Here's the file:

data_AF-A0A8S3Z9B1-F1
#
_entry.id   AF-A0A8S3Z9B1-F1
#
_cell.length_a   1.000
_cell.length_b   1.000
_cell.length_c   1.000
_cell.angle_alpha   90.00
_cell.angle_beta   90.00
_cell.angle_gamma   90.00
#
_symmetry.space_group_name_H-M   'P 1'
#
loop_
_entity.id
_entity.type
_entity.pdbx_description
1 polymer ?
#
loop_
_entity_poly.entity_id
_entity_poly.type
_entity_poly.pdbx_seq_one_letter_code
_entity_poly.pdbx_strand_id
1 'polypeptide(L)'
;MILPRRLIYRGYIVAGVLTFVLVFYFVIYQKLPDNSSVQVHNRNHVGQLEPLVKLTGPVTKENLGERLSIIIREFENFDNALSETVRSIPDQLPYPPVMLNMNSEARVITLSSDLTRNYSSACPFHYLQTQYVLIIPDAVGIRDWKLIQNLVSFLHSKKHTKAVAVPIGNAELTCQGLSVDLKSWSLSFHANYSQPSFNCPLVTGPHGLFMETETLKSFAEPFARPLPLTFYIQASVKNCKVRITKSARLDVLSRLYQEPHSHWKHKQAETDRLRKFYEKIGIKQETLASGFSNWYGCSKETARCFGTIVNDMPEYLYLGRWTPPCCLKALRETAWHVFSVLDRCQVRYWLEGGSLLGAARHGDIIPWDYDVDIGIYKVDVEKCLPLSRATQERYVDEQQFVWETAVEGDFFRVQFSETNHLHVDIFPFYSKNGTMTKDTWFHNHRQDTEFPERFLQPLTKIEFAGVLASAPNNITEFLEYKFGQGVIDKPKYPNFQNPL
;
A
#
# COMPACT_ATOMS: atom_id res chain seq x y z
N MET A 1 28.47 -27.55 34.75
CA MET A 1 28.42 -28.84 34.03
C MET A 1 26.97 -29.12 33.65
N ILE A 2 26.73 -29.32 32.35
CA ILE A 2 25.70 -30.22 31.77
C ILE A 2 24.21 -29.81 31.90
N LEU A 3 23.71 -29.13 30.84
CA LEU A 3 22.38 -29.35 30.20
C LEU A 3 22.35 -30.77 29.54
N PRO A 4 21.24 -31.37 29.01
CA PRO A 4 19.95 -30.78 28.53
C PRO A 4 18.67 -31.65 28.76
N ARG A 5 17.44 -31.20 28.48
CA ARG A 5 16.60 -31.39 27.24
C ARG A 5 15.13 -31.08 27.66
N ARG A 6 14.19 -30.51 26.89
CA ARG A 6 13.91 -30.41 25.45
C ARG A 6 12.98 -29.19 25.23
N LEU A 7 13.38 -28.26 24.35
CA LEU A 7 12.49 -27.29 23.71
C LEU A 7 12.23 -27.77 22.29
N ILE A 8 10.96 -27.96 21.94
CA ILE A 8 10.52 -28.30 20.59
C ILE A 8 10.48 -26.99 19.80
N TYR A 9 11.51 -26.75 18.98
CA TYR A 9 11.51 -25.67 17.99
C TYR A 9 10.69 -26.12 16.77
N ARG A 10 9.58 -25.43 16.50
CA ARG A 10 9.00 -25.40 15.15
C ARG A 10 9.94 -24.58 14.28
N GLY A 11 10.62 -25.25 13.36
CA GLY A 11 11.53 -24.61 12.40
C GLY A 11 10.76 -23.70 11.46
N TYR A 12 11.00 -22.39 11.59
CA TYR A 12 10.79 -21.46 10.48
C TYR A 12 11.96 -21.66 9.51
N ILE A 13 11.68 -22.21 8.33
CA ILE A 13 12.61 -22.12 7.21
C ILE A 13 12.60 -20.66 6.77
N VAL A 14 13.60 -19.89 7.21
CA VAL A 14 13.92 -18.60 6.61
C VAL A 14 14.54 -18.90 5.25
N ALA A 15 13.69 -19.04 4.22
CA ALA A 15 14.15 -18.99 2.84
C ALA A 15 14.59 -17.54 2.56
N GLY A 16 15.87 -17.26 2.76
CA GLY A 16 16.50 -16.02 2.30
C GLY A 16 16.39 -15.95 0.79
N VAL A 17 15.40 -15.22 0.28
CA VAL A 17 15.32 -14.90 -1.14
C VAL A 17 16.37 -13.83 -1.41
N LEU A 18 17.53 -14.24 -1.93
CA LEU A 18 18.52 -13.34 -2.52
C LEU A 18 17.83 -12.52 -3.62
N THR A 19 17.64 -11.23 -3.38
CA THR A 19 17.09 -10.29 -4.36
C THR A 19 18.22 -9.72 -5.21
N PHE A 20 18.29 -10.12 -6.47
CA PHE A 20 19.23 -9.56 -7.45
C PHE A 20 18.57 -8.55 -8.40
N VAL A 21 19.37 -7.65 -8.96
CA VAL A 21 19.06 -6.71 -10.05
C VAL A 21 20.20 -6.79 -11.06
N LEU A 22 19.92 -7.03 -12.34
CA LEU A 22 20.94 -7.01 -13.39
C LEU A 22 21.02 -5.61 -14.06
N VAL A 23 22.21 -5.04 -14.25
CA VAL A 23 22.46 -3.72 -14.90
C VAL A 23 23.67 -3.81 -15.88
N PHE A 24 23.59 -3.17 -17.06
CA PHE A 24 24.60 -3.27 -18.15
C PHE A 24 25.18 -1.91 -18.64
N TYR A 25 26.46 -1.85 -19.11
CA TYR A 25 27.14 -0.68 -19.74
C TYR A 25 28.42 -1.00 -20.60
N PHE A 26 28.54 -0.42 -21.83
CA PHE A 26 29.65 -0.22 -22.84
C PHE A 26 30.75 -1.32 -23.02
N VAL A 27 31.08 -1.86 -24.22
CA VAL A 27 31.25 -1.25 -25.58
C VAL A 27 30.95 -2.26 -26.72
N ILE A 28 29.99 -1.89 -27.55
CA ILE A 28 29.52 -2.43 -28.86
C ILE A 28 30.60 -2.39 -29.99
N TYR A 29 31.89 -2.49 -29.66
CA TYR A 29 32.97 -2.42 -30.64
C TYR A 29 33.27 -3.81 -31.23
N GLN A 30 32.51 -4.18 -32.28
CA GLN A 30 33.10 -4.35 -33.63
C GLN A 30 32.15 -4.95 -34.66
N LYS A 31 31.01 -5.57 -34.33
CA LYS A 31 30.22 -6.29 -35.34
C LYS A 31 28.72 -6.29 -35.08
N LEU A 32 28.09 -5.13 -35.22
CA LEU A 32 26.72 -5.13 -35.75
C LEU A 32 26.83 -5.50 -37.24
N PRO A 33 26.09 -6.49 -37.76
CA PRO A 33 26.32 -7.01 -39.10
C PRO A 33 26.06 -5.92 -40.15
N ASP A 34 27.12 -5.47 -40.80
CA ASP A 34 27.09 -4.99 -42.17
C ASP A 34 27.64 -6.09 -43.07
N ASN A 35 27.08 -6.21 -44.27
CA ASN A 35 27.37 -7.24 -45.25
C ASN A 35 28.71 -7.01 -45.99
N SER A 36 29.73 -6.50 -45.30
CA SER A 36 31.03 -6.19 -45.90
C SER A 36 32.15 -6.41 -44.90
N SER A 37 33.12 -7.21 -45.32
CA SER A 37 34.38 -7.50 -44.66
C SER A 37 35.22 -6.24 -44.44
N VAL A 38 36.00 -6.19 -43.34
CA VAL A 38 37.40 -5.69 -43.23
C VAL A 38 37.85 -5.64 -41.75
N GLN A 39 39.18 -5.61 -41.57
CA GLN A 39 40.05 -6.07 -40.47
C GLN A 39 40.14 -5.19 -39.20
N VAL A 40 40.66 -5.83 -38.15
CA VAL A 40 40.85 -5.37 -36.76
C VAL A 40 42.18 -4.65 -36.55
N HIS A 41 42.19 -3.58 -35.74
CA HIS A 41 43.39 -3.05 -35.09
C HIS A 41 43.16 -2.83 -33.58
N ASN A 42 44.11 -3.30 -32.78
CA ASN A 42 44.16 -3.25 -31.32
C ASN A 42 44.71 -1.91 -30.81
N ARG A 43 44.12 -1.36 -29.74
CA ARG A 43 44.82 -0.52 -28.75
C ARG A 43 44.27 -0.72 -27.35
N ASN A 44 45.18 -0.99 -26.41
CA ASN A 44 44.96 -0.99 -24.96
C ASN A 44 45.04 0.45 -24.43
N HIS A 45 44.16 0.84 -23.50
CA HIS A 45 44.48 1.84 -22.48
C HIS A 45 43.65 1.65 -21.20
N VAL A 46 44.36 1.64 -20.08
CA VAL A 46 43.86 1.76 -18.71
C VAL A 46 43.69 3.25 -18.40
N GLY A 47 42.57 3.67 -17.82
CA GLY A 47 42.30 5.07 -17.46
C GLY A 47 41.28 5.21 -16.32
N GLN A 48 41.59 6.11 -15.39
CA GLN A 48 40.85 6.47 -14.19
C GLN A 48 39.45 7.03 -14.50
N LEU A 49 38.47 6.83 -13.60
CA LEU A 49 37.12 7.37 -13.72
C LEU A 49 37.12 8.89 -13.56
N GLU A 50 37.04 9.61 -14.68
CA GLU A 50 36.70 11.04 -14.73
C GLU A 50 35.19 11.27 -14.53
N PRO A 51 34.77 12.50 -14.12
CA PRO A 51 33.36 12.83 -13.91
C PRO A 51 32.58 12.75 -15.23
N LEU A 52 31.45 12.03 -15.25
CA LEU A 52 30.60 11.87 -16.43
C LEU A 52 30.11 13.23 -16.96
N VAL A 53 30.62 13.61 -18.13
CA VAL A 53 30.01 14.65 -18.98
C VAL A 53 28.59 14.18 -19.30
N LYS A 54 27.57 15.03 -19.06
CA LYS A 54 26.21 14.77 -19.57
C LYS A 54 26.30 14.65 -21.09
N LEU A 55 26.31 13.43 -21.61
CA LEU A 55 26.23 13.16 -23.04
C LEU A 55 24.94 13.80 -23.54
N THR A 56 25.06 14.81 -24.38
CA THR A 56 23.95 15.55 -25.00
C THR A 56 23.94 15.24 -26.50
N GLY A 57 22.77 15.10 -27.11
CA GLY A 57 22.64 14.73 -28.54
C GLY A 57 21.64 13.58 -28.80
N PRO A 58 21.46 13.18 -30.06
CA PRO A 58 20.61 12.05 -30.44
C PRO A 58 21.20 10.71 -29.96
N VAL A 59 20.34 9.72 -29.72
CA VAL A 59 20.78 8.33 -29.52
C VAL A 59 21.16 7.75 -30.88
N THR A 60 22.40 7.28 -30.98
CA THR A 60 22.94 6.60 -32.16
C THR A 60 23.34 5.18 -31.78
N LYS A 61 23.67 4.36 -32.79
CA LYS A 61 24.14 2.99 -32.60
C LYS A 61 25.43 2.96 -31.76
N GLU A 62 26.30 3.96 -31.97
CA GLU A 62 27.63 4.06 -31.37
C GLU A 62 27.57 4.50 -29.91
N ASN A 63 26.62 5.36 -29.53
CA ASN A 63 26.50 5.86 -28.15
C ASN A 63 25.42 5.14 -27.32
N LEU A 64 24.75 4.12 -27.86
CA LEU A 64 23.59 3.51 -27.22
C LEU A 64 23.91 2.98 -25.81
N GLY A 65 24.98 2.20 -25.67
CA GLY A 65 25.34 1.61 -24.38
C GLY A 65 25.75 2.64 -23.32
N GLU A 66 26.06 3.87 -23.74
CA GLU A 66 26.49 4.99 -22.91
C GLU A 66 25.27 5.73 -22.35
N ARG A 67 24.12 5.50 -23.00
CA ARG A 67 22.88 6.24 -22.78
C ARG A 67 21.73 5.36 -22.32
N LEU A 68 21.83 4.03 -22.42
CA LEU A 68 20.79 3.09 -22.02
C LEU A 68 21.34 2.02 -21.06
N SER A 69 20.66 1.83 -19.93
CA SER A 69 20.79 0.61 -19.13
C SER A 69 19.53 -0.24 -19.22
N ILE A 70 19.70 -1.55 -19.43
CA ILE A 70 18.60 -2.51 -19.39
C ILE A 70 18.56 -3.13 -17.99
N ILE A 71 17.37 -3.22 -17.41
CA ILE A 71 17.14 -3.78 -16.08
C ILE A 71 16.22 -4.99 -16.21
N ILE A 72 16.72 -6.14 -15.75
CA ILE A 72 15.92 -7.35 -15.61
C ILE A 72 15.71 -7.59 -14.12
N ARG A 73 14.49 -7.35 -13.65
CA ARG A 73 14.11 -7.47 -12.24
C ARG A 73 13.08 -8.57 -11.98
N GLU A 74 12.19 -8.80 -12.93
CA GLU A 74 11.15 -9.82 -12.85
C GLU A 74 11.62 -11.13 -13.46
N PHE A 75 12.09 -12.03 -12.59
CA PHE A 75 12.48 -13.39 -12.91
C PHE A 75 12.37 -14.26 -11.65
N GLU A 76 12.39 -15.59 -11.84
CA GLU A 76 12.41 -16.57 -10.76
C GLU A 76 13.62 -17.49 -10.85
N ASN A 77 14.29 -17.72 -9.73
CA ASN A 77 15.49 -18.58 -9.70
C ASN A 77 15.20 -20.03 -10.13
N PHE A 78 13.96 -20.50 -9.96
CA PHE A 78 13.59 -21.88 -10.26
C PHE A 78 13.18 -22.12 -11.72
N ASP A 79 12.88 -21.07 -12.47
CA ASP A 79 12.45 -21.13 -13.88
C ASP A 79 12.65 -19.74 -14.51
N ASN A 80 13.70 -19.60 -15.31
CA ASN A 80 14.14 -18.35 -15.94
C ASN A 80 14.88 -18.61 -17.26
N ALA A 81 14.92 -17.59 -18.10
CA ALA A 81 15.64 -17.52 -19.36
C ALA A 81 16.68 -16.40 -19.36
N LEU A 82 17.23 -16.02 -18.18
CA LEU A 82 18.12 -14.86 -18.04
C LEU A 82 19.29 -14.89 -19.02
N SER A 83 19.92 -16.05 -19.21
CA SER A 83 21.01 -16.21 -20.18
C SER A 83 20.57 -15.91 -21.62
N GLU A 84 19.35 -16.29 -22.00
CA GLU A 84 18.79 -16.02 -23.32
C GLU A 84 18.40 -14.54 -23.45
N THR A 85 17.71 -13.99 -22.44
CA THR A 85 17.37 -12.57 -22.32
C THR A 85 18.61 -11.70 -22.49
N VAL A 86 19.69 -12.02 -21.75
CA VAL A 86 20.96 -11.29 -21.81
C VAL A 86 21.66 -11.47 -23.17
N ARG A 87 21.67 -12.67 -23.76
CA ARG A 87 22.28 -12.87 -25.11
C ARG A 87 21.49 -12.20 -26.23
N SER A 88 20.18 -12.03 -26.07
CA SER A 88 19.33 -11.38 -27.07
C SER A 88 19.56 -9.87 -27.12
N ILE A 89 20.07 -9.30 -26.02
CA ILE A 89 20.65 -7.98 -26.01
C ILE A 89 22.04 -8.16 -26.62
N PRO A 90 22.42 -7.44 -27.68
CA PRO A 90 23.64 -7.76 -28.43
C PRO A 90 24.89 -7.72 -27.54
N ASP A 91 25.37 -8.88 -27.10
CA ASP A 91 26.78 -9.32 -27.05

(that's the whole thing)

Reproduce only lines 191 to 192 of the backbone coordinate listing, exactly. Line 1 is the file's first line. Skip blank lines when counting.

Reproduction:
CA LYS A 54 26.21 14.77 -19.57
C LYS A 54 26.30 14.65 -21.09